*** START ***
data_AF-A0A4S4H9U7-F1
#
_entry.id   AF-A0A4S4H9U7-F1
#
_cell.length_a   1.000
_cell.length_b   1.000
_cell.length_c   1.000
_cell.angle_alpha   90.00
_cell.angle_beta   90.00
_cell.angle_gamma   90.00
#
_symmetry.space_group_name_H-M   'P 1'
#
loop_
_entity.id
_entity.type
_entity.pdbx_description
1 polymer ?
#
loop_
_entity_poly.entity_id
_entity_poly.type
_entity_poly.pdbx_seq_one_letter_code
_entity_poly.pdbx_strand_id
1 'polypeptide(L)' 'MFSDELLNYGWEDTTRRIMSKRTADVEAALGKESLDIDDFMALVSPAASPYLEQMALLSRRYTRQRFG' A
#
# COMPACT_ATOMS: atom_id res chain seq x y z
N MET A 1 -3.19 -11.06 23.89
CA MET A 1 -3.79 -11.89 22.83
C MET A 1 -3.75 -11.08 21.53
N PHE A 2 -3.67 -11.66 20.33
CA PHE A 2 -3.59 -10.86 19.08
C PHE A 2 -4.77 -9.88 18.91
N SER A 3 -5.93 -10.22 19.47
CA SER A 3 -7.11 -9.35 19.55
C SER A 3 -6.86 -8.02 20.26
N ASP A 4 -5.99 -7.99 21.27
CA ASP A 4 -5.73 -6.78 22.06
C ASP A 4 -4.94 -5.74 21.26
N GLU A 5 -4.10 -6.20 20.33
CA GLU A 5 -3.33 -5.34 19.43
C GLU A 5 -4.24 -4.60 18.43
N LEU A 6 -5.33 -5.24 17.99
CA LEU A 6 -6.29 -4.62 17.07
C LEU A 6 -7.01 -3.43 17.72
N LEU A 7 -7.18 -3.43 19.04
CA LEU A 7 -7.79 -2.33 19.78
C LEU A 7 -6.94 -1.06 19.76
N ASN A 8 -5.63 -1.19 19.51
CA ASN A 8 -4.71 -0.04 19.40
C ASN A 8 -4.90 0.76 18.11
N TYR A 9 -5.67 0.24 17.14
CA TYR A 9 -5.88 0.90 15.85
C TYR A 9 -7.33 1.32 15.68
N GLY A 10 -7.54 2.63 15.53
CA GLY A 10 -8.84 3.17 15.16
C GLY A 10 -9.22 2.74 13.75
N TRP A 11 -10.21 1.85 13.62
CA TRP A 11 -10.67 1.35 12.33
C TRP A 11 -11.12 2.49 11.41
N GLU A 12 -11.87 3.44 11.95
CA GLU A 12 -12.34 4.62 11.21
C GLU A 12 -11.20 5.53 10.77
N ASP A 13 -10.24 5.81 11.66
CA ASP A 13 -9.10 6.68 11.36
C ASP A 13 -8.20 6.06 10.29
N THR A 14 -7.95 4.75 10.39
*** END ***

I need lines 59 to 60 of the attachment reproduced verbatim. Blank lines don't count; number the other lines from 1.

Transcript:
CA TRP A 11 -10.67 1.35 12.33
C TRP A 11 -11.12 2.49 11.41